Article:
Almost two in every three farmers (64%) have already made some changes to their use of antimicrobials and, in general, are ‘positively disposed’ towards making future changes, according to a survey of almost 400 farmers.

The cross-border research, funded by Safe Food and supported by teams at Teagasc, Queen’s University Belfast and University College Dublin, looked at the behaviours of farmers and veterinarians in the usage of antimicrobials, as well as the barriers and facilitators to responsible use.

Farmers surveyed said the introduction of subsidised vaccination programmes or other financial incentives would be positive levers to reduce antimicrobial usage on farms.

The results of the analysis published by Safe Food come as politicians and farm organisations continue to debate the veterinary medicinal products medicated feed and fertilisers regulation bill 2022.

The bill proposes to bring in new regulations on the supply of antimicrobial and anti-parasitic products.

Full findings from the project are available here.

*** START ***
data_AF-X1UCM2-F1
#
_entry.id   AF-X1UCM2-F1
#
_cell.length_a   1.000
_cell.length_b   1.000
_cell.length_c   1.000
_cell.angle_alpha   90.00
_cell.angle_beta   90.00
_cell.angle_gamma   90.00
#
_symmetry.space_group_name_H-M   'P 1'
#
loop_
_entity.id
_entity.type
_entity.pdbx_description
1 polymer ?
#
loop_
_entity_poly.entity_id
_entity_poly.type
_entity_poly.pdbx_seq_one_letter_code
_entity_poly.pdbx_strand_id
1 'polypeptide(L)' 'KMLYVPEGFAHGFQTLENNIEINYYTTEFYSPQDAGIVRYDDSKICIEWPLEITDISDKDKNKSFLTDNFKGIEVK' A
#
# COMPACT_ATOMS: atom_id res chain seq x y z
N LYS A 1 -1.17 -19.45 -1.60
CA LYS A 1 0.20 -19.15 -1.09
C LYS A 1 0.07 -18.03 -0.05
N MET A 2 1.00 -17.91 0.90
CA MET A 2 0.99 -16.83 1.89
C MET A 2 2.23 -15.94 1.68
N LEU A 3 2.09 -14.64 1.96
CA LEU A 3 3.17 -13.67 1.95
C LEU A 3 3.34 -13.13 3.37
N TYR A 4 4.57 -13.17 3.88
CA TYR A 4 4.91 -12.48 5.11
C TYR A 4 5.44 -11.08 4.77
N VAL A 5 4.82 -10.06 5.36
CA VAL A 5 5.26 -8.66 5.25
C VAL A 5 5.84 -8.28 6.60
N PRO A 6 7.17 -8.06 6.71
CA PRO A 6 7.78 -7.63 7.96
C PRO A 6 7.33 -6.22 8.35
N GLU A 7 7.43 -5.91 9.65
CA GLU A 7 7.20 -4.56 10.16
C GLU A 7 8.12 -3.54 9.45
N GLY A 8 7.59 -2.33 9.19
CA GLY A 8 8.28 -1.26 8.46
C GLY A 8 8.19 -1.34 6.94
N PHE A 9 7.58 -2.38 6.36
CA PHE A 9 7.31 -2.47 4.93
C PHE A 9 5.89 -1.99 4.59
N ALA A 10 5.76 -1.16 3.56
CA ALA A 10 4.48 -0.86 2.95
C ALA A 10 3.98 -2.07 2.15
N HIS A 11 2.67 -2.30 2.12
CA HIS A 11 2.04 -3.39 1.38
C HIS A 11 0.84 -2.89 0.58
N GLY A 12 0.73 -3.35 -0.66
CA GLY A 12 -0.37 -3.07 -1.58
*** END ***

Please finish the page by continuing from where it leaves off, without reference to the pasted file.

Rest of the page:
The research, which was carried out over two years, highlights that farmer-vet relationships are key to bringing about the behaviour changes needed to reduce the use of antimicrobials in agriculture, says Safe Food.

Speaking on the research, Dr Áine Regan of Teagasc said: “It is challenging to change the routine way the health of animals has been managed for many years.

"The first step is to understand why changes are required in the face of this invisible threat, what changes are required and who needs to make them.

Subsidised vaccination programmes could reduce the use of antimicrobials on farms, say farmers.\ Philip Doyle

“Research increasingly talks of a shift in the role of veterinarians and farm advisers on farms from being reactive to proactive.

"Rather than a traditional role of responding to disease on farms, they play an active part in providing advice on best herd health management practices and, with that, information on best antibiotic practices and the mantra, ‘as little as possible, but as much as necessary’.

“For this role to work successfully, they must be able to deliver information successfully and, where necessary, promote behavioural changes in farmers through motivating them and facilitating collaborative decision making.”

Interim Safe Food CEO Dr Gary Kearney suggested that the new research can inform policy to tackle the issue of antimicrobial usage in agriculture.

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